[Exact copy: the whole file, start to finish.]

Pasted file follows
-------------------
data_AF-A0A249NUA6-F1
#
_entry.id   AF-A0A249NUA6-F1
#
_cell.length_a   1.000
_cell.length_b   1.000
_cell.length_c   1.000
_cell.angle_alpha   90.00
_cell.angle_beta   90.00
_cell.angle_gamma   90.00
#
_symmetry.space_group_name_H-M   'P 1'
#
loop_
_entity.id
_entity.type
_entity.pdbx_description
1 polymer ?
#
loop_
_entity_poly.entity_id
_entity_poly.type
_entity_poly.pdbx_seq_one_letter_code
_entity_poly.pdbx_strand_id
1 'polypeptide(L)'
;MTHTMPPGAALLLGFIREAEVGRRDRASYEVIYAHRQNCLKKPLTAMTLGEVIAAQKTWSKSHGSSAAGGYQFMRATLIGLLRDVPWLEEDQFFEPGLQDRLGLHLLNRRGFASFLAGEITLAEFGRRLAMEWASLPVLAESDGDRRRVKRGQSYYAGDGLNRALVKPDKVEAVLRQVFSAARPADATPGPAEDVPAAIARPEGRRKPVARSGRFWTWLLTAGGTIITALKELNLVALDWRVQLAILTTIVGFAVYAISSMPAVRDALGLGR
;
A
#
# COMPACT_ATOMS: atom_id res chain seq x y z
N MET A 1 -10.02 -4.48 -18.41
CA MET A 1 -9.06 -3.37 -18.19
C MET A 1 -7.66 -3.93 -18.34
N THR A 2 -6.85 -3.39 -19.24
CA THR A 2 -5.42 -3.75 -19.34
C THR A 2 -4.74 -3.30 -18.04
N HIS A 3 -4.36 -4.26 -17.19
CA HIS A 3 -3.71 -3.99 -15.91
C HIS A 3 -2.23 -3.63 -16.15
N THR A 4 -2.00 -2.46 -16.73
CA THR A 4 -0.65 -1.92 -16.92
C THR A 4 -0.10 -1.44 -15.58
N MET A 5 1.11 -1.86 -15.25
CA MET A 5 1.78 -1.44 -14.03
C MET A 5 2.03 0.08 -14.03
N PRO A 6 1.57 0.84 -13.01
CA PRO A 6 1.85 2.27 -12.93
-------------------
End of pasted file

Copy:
data_AF-A0A249NUA6-F1
#
_entry.id   AF-A0A249NUA6-F1
#
_cell.length_a   1.000
_cell.length_b   1.000
_cell.length_c   1.000
_cell.angle_alpha   90.00
_cell.angle_beta   90.00
_cell.angle_gamma   90.00
#
_symmetry.space_group_name_H-M   'P 1'
#
loop_
_entity.id
_entity.type
_entity.pdbx_description
1 polymer ?
#
loop_
_entity_poly.entity_id
_entity_poly.type
_entity_poly.pdbx_seq_one_letter_code
_entity_poly.pdbx_strand_id
1 'polypeptide(L)'
;MTHTMPPGAALLLGFIREAEVGRRDRASYEVIYAHRQNCLKKPLTAMTLGEVIAAQKTWSKSHGSSAAGGYQFMRATLIGLLRDVPWLEEDQFFEPGLQDRLGLHLLNRRGFASFLAGEITLAEFGRRLAMEWASLPVLAESDGDRRRVKRGQSYYAGDGLNRALVKPDKVEAVLRQVFSAARPADATPGPAEDVPAAIARPEGRRKPVARSGRFWTWLLTAGGTIITALKELNLVALDWRVQLAILTTIVGFAVYAISSMPAVRDALGLGR
;
A
#
# COMPACT_ATOMS: atom_id res chain seq x y z
N MET A 1 -10.02 -4.48 -18.41
CA MET A 1 -9.06 -3.37 -18.19
C MET A 1 -7.66 -3.93 -18.34
N THR A 2 -6.85 -3.39 -19.24
CA THR A 2 -5.42 -3.75 -19.34
C THR A 2 -4.74 -3.30 -18.04
N HIS A 3 -4.36 -4.26 -17.19
CA HIS A 3 -3.71 -3.99 -15.91
C HIS A 3 -2.23 -3.63 -16.15
N THR A 4 -2.00 -2.46 -16.73
CA THR A 4 -0.65 -1.92 -16.92
C THR A 4 -0.10 -1.44 -15.58
N MET A 5 1.11 -1.86 -15.25
CA MET A 5 1.78 -1.44 -14.03
C MET A 5 2.03 0.08 -14.03
N PRO A 6 1.57 0.84 -13.01
CA PRO A 6 1.85 2.27 -12.93